They say injuries are a part of football. They say you should never blame injuries for losses, and that you have to take it on the chin. A certain level of injuries are often said to be 'acceptable' and within the realms of what each Club has to endure as it stakes it's claim for the Premiership Flag each year. But all of this ignores the human side of the coin; the side that might see a career end - or be severely debilitated - from a single split second event. Here at the Blueseum we're mindful of recognising not only the Stars that constantly receive our acclaim, but also those that succumbed to injury well before their time.

1. Tom Simmons who never made it back to football after a knee injury. 27 Games; 23 goals; 1948-1949.

A superbly built 6 footer, Tom Simmons was a star junior all round athlete winning the 100 and 200 yard championships of Melbourne Technical School’s as well as the high and long jump titles. He also won the 220 yards dash at the Inter-Technical schools championship at Olympic Park. Later, the warm days of summer were filled by playing seconds for the Carlton Cricket Club.

But he was also an up-and-coming footballer of note. Tom amassed an impressive 27 games in just two years playing mainly on either half back flank or half forward flank for the Blues all before the age of twenty one. During this time Tom’s display of impressive pace, long kicking, high marking and a determined appetite for the ball made him a difficult opponent for opposition teams. Laurie Kerr opined, "He looked and performed like Mighty Mouse on the field." Umpire Harry Beitzel referred to young Simmons on the field as ‘Champion’. He was Carlton's Best First Year Player in 1948, and the future looked bright.

Then in a pre-season game before the 1950 season a knee injury tragically struck down the young athlete. After two knee operations full fitness eventually returned to the point where in the professional running season over the summer of 1950-51 Tom won the Terang, Ararat and Maryborough Gifts within a few short weeks. Then a decision had to be made, continue on the lucrative professional running albeit on shorter marks for events such as the Bendigo 1000 and Stawell Gift or attempt to resurrect a fledgling footy career. Tom chose to return to his beloved Blues aiming to fill the hole left by the retirement of Carlton full forward Ken Baxter.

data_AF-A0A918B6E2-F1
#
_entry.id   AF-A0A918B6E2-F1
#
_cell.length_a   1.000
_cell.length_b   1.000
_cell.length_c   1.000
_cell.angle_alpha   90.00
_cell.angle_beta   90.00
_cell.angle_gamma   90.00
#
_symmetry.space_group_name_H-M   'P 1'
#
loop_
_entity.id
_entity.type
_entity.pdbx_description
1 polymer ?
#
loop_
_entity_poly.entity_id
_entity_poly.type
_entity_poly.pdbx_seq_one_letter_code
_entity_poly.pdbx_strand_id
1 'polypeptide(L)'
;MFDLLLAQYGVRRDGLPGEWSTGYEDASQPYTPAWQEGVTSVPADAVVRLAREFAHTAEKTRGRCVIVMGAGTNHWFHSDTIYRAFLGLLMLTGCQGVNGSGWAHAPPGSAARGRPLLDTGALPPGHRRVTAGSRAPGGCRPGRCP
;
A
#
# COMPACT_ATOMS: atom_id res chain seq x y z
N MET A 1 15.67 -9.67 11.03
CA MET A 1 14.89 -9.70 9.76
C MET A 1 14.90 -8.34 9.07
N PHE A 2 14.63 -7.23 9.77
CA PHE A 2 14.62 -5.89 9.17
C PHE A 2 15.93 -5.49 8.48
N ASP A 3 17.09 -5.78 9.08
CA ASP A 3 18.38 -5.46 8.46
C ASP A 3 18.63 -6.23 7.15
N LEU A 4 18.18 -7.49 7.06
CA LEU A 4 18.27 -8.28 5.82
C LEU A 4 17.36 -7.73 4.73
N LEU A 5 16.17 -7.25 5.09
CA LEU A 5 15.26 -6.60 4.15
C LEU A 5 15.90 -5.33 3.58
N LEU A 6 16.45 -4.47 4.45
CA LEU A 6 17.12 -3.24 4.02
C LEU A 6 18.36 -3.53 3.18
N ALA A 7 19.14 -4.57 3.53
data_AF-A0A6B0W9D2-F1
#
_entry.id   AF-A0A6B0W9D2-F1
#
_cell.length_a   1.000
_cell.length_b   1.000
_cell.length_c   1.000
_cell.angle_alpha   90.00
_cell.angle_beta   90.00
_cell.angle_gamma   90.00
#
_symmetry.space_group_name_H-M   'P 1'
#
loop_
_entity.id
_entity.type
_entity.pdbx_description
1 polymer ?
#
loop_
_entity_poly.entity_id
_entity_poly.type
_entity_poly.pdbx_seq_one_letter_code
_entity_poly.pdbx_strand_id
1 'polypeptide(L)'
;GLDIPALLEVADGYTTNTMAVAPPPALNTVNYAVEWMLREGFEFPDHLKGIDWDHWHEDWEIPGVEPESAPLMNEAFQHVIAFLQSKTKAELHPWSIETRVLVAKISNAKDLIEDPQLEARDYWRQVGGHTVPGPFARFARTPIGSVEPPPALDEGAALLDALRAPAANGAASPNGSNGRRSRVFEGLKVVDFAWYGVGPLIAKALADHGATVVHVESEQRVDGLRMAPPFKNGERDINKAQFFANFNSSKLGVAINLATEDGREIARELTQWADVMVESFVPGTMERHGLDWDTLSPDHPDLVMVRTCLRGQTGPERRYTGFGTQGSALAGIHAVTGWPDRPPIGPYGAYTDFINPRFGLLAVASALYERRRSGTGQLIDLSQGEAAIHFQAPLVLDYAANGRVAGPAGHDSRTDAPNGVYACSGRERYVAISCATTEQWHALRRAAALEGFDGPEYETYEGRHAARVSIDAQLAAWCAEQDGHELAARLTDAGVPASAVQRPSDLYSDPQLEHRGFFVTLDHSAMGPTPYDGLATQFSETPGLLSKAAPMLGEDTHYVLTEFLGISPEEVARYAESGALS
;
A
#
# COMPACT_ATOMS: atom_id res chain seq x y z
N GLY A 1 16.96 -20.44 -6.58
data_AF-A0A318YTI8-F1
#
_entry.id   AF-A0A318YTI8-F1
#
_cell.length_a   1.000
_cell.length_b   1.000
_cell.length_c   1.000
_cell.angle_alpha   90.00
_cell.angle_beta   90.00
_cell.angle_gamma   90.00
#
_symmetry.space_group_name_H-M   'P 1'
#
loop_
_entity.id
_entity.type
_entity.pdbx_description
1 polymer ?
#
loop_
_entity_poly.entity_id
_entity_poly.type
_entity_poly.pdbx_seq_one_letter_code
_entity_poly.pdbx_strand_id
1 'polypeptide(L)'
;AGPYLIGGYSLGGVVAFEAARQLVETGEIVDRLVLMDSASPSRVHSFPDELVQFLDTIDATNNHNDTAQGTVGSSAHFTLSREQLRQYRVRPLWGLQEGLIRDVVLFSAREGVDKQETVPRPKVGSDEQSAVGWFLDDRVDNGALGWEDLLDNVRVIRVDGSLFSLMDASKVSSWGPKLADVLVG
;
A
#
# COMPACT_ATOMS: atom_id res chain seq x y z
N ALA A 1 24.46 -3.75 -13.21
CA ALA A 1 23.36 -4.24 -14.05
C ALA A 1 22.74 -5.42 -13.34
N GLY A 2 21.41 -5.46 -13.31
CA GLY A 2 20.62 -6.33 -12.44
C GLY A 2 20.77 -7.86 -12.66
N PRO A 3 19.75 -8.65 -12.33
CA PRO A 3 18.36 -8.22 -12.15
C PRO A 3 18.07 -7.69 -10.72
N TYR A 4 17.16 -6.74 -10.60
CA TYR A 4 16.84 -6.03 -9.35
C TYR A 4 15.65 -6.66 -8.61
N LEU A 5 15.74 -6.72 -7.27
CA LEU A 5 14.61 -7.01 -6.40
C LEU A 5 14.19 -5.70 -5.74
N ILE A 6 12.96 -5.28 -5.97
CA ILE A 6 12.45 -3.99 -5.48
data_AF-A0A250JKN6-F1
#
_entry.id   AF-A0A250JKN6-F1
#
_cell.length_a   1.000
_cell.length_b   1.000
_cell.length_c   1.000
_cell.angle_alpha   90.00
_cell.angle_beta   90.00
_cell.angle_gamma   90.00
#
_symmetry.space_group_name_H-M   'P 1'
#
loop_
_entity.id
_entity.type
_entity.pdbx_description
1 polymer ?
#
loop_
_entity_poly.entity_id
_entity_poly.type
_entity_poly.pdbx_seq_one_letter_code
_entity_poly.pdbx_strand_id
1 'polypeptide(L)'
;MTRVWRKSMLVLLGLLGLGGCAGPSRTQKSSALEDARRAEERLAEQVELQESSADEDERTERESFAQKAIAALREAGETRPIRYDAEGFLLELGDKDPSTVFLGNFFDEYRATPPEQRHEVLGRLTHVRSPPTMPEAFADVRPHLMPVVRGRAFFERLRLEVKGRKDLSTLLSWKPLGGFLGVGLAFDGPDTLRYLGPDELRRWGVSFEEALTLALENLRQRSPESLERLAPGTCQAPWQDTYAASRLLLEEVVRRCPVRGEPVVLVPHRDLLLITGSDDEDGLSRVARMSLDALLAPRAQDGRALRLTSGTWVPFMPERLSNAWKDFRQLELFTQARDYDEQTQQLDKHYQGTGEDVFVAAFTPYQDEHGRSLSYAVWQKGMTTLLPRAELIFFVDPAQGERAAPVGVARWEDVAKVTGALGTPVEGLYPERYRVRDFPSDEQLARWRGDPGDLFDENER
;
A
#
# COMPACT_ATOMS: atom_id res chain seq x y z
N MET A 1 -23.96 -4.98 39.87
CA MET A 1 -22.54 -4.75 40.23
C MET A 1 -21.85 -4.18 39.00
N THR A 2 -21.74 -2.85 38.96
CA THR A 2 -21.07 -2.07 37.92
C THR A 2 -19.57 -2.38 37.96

Regular track watchers had observed the young Simmons at training taking spectacular marks over seasoned veterans such as Bert Deacon and the towering Jack Howell. With pace to burn and a strong pair of hands the position of full forward seemed a natural progression. It is not clear what happened next; perhaps the demands of the lateral movement of football rather than the straight running of sprinting that pressured an already weak knee or perhaps it was the sudden rise of freakish goalkicker Keith Warburton but sadly Tom never got to play another senior game for the Blues.

2. Keith Warburton who was forced to retire given damaged kidneys. 74 games; 91 goals; 1951-1955

The excitement around Warburton may indeed have damaged Simmons' career prospects, but Warburton's career itself was shortened dramatically from successive abdominal injuries.

Keith Warburton was an outstanding Full Forward with the then VFA Club Brighton when he was recruited by Carlton in 1951. He was not a big man; standing just 178cm and weighing 79kg; but he was lightning quick and became famous from his first game (when he kicked 7 goals) for his incredible ability to take freakishly high marks in an acrobatic manner.

At a dance during the '52 Final Series; he collapsed as a result of a body blow during that day's game; and was rushed to hospital where he hovered near death for a worrying period; but eventually recovered after blood was donated from the public following an urgent appeal. He returned in '53; but in '54 got another knock to the kidney (which was later removed) and he reluctantly retired at age 26. Overall, Keith played 74 games in Navy Blue between 1951 and 1955, kicking a total of 91 goals.

3. Greg Kennedy who struggled to come back from a back injury; 1972 - 1975

Greg Kennedy was a rangy, high-leaping full-forward from Eaglehawk, whose brilliant debut season showed why he was courted by Carlton for five years before he arrived. Eventually, they got their man when Kennedy was added to a strong Carlton squad in 1972. Enjoying silver service ball delivery from the likes of Trevor Keogh, Barry Armstrong and Syd Jackson, he had a stellar year.